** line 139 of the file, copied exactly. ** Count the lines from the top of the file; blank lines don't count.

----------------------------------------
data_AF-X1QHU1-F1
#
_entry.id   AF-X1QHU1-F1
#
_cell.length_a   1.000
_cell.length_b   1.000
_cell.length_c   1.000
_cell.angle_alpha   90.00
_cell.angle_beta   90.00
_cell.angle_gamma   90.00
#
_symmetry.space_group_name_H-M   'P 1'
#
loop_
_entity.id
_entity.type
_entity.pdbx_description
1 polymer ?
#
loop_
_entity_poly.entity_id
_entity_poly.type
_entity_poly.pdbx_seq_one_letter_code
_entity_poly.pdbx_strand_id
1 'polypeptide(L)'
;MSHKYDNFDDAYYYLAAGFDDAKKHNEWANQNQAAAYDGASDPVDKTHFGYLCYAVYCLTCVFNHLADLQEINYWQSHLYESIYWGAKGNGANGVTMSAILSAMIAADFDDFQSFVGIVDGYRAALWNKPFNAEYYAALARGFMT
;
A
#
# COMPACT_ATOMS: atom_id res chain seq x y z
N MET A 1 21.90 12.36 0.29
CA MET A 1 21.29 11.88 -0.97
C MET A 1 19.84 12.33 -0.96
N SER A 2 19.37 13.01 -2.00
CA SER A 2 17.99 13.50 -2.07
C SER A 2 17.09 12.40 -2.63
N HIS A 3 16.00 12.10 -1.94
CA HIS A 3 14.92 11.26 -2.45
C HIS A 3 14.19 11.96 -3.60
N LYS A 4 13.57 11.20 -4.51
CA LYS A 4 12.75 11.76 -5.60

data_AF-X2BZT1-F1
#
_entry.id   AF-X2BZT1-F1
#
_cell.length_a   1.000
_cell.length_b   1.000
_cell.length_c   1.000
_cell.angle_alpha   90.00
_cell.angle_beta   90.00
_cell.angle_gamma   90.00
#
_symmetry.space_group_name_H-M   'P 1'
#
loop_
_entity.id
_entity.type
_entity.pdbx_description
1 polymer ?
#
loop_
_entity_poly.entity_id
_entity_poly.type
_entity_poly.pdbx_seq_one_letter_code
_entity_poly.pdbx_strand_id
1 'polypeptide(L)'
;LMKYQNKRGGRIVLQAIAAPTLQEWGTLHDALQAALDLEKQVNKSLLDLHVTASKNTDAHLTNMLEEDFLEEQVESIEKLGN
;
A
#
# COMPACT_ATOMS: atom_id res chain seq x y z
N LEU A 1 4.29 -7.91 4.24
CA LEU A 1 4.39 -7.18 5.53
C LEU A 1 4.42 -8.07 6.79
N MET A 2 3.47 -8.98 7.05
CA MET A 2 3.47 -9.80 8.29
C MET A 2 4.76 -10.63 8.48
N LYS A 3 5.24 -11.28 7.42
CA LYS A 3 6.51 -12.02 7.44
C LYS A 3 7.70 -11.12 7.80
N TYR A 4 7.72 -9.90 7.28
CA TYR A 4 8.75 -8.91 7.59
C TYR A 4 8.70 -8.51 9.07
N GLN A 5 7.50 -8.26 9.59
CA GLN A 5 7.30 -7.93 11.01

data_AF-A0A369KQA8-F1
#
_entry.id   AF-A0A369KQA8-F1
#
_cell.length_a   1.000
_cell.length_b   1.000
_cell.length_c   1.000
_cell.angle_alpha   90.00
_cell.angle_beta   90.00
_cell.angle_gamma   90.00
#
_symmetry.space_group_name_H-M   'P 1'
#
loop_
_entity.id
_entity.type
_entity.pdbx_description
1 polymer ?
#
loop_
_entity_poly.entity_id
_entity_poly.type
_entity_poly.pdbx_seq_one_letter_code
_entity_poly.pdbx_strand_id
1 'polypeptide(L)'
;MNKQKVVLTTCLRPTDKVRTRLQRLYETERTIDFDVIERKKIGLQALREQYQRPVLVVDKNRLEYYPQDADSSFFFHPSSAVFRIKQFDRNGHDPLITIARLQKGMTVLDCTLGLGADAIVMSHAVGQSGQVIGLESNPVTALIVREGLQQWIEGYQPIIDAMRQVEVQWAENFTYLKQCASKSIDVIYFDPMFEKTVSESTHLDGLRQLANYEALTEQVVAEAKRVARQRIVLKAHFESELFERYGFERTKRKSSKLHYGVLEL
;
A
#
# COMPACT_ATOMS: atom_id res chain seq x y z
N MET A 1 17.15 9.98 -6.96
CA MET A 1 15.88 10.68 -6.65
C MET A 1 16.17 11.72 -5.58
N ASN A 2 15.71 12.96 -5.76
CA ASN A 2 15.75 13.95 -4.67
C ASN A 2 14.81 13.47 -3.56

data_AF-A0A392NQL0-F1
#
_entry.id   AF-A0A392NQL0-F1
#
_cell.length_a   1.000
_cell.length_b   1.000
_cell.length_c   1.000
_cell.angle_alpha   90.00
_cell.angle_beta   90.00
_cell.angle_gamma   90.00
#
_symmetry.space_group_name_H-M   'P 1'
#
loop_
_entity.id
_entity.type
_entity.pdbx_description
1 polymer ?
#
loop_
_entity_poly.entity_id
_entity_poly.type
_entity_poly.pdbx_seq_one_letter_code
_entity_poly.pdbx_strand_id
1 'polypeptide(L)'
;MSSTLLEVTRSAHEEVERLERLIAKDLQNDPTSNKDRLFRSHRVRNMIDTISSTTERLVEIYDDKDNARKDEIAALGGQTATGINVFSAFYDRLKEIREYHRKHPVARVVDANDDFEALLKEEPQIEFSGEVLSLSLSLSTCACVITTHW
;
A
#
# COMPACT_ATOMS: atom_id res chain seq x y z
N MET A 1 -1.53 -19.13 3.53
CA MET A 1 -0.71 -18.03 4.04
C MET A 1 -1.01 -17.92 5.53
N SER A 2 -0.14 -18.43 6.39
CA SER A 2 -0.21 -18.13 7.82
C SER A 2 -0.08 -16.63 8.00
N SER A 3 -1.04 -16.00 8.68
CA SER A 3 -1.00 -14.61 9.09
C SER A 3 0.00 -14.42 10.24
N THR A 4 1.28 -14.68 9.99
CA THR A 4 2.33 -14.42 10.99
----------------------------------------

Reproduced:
1 polymer ?